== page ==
The Details is a column that catches the small within the big, focusing on the individual elements that make cinema so expressive.
Not so long ago there was a discussion in our forums about off-screen space. Off-screen space is when a movie evokes the existence of things outside of the frame of the camera's composition, and a sophisticated use of this is something we generally attribute to talented filmmakers. One tangent of the discussion I found interesting was how the horror genre practically requires an evocation of off-screen space, requires from the filmmakers an imagination that extends beyond what's on camera. They are dictated more by the need to scare the audience than any more lofty artistic goal, and this need for a generic effect often can make mediocre filmmakers show a cinematic flourish.
More often than not, though, we get directors who have a talent for space and are drawn to genre. Think Jacques Tourneur and his Val Lewton films like Cat People and I Walked with a Zombie. Currently, my favorite example of this kind of filmmaker is Kiyoshi Kurosawa, whose preference for deep space (shots whose on-camera space recedes very far back in the frame) and architectural frames-within-frames lends itself perfectly for the ambiguities of a horror film or thriller's constant question of what's-on-camera and what's-just-out-of-sight.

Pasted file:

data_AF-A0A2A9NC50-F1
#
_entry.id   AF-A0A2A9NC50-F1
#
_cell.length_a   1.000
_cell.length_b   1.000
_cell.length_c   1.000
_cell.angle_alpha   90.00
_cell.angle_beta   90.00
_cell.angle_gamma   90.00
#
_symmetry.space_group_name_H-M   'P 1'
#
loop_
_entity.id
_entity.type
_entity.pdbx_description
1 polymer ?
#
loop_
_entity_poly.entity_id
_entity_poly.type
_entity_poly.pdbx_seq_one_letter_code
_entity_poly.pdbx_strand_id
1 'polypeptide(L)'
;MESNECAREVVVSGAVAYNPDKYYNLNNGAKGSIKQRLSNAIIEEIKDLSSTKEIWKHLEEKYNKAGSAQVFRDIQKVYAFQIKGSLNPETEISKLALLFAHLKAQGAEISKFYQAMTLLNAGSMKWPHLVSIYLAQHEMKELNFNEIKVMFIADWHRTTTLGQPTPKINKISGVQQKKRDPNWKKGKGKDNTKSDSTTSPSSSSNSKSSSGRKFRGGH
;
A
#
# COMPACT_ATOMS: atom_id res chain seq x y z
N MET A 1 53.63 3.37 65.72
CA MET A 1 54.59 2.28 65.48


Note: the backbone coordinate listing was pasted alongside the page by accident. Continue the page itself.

The sequence below comes from the filmmaker's 2000 made-for-television film Seance, and through a combination of an everyday real effect (the way natural light changes in an interior as clouds and wind obscure and shift its rays), a deep, layered space (the composition gives the the sense of a tunnel through several rooms in the house), Kurosawa conjures something uncanny, mediated, nearly systematic. The light seems to be following a pattern of its own, "activating" different layers of the space that we either hadn't noticed or hadn't cared about, and investing it with a life of its own, independent, perhaps even sentient.